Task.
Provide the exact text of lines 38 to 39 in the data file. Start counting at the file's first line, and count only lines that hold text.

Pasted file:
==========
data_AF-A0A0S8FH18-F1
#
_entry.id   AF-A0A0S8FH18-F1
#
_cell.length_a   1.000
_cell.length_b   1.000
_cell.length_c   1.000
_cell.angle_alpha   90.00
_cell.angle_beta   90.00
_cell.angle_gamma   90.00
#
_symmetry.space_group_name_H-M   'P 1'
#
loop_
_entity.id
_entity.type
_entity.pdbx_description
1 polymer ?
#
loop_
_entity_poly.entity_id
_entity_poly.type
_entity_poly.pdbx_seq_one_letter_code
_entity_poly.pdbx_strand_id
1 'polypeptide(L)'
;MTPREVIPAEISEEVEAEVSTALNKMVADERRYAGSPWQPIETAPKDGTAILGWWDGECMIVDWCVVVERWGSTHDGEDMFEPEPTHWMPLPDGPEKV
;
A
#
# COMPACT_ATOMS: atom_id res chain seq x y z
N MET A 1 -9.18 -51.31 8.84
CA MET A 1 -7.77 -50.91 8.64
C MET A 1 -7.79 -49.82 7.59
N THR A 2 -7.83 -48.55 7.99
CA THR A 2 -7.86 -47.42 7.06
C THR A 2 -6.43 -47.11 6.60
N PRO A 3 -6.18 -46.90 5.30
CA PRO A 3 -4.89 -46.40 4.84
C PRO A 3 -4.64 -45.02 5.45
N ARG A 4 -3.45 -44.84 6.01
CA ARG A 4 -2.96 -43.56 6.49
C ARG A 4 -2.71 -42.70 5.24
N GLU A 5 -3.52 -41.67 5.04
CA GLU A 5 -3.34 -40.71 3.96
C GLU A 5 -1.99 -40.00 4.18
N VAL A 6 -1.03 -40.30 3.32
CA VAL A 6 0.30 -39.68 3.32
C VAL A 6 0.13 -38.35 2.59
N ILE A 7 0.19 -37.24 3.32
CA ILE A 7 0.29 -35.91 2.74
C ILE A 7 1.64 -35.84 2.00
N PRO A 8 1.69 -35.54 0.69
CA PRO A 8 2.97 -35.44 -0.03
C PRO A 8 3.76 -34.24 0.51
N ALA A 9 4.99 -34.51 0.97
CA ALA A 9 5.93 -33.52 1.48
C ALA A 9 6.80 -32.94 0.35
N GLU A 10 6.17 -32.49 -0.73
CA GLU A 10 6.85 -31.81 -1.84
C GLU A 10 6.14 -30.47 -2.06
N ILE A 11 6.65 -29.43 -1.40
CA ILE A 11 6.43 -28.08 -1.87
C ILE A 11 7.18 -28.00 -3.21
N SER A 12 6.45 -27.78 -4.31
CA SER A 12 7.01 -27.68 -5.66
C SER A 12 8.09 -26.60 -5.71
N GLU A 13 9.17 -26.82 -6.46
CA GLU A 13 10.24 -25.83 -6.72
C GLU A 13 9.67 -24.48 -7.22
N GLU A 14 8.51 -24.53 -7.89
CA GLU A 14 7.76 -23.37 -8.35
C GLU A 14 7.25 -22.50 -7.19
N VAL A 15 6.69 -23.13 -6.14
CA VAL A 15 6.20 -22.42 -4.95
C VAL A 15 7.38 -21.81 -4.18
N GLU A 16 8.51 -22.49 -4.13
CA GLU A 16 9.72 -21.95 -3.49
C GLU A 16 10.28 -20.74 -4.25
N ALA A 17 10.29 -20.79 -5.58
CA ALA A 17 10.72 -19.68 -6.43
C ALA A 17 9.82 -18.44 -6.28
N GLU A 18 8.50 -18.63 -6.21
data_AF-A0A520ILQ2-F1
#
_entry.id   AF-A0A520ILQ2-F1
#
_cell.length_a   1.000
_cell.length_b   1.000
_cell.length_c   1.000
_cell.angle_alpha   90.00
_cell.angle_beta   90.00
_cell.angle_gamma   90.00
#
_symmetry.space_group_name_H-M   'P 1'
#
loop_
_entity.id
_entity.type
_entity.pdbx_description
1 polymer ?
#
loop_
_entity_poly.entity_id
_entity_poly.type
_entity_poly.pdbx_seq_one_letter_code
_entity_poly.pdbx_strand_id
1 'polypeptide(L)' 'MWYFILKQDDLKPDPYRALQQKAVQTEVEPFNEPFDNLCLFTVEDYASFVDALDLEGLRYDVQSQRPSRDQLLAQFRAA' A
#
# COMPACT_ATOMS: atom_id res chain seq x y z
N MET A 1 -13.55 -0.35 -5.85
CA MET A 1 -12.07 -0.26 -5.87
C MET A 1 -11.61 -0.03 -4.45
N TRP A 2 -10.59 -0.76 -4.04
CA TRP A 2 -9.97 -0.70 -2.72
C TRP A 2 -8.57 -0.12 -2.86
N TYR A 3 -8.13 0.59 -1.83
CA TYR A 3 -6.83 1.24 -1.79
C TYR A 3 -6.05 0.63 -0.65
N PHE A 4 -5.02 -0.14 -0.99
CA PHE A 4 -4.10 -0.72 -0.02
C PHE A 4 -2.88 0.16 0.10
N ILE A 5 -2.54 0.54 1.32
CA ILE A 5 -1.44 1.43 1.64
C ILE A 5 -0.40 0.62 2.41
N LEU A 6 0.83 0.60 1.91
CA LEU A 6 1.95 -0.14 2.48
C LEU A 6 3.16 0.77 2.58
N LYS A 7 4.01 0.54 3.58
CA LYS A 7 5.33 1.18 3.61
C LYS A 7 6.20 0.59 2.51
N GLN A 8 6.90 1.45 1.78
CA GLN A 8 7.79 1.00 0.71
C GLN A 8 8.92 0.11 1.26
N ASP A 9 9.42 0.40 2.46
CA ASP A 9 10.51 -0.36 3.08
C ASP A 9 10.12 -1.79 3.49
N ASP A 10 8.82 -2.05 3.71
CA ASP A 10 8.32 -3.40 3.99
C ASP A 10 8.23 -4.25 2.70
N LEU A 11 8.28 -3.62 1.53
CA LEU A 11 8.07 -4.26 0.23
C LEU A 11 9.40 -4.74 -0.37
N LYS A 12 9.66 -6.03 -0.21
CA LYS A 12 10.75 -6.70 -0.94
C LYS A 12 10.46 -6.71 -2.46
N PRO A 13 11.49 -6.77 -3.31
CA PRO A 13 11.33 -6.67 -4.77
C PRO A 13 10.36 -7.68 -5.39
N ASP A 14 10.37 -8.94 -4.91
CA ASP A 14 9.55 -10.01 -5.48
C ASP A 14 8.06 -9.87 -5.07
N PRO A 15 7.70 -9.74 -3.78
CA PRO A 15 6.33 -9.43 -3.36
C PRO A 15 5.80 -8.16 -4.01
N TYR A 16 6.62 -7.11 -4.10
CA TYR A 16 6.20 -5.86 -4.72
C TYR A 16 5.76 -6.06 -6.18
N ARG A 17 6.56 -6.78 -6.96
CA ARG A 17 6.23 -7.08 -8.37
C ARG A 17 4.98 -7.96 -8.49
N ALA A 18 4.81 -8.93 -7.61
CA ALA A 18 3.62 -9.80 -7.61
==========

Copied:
CA PRO A 3 -4.89 -46.40 4.84
C PRO A 3 -4.64 -45.02 5.45